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A $3.4bn building that's been a curse for many buyers

July 16, 2013 16:29 IST

A $3.4bn building that's been a curse for many buyers

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Richard Beales in New York


New York's General Motors Building is proving a landmark for the times. The sale of a 40 per cent stake in the Apple Store-tenanted Fifth Avenue office tower has set a new record with a $3.4 billion implied valuation.

But the building's 45-year history is marked by buyers' curses -- and not just for the carmaker that built it. A Chinese billionaire and Brazilian bankers are the purchasers of the $1 billion slice of the edifice on the corner of Central Park.

That's a reminder of the shifting shape of the global economy and the wealth being created in the developing world.

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Image: General Motors building in New York City.
Photographs: Shannon Stapleton/Reuters

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It also calls to mind the top-of-the-market purchase of Rockefeller Center in Manhattan by Japan's Mitsubishi Estate in 1989. Yet it is hard to see the new investors as obviously dumb money.

One is a family vehicle of Zhang Xin, chief executive of Soho China, a highly successful property developer in the PRC. The other is the Brazilian Safra family of financiers.

Rather, the new record is about a commercial real estate market recovery. Prices of office buildings in the New York area were up 25 per cent year-over-year in April with Manhattan rising 51 per cent, according to Real Capital Analytics.

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Image: Rockefeller Center, centre, in front of Central Park in New York City.
Photographs: Gary Hershorn/Reuters

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A $3.4bn building that's been a curse for many buyers

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Sceptics might argue that low interest rates, courtesy of the Federal Reserve, are all that underpins this trend. But in the case of the GM Building at least, a 20 percent increase in value since the last record-breaking sale for $2.8 billion in May 2008 as the financial crisis was already taking hold is more or less in line with, say, the change in the S&P 500 Index over the same period.

All that said, the GM Building, also home to famed toy store FAO Schwarz and two million square feet of office space, has something of a checkered history for its owners.

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Image: FAO Schwarz toy store in New York City.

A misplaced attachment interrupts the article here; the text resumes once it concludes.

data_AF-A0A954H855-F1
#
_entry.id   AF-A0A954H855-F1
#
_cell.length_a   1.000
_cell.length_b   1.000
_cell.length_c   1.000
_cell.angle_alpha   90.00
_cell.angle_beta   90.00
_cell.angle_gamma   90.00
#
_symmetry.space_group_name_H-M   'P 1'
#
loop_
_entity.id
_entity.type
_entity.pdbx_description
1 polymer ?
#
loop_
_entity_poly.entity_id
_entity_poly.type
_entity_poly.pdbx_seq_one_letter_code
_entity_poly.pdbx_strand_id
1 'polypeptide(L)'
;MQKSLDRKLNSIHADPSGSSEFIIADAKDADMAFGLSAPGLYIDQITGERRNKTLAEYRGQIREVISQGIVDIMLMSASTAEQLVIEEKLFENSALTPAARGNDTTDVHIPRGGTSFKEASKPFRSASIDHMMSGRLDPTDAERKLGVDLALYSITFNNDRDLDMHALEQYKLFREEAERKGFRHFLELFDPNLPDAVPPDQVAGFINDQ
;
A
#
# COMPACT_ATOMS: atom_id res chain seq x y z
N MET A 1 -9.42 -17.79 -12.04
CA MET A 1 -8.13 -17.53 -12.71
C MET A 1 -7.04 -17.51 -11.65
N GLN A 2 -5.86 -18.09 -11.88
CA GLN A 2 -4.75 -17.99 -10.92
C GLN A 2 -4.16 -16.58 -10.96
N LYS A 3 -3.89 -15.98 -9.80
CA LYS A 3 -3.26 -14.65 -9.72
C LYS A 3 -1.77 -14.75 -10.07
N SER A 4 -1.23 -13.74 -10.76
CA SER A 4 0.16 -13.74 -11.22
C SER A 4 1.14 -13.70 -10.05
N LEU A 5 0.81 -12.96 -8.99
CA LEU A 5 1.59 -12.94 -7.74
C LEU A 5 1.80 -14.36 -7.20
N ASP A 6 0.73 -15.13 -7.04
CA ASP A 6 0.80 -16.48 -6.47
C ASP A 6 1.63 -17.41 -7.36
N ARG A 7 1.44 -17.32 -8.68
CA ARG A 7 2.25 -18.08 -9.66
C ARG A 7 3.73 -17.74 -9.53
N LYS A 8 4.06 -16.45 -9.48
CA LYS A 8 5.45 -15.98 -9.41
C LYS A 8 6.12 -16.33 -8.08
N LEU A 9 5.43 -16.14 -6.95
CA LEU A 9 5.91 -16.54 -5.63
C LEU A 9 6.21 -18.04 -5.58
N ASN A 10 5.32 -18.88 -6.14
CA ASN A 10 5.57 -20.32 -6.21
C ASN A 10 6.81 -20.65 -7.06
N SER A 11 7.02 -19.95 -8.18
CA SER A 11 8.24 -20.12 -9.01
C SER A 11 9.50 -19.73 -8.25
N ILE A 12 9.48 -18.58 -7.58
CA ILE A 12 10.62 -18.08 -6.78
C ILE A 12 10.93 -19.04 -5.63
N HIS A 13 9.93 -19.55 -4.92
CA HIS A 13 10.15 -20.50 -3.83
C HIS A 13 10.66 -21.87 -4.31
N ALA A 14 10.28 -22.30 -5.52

Photographs: Seth Wenig/Reuters

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Several have run into trouble, most recently Macklowe Properties, which was forced to sell the trophy in 2008 to pay off debt - incidentally fetching twice what it had paid less than five years earlier.

Then there's the fate of General Motors, which completed its New York headquarters in 1968. Competitive threats piled up thereafter, and the automaker mortgaged the building to raise cash in the early 1980s and sold it in 1991 for about $500 million.

Investors in GM were eventually wiped out in the company's 2009 bankruptcy. Today's owners of the eponymous building - Boston Properties and its new Bric partners - will be hoping for better.

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Image: An aerial view of the Manhattan skyline as seen from Lower Manhattan in New York City.
Photographs: Adrees Latif/Reuters

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Context news

i) A group of investors, including Chinese real estate tycoon Zhang Xin, paid about $1 billion for a 40 per cent stake in the General Motors Building, said a landmark New York office tower, a person familiar with the deal.

ii) The Sungate Trust, which is controlled by the family of Soho China Chief Executive Zhang, joined with M Safra and Co, the investment firm of Brazil's Safra family, to buy the stake in the GM Building, valuing it at $3.4 billion, the source said.

iii) The deal makes the two million square-foot building - a 50-storey tower overlooking Manhattan's Central Park and featuring Apple's flagship Fifth Avenue retail store - the most expensive US office building.


Image: Soho CEO Zhang Xin attends a session at the World Economic Forum in Davos, Switzerland.
Photographs: Christian Hartmann/Reuters

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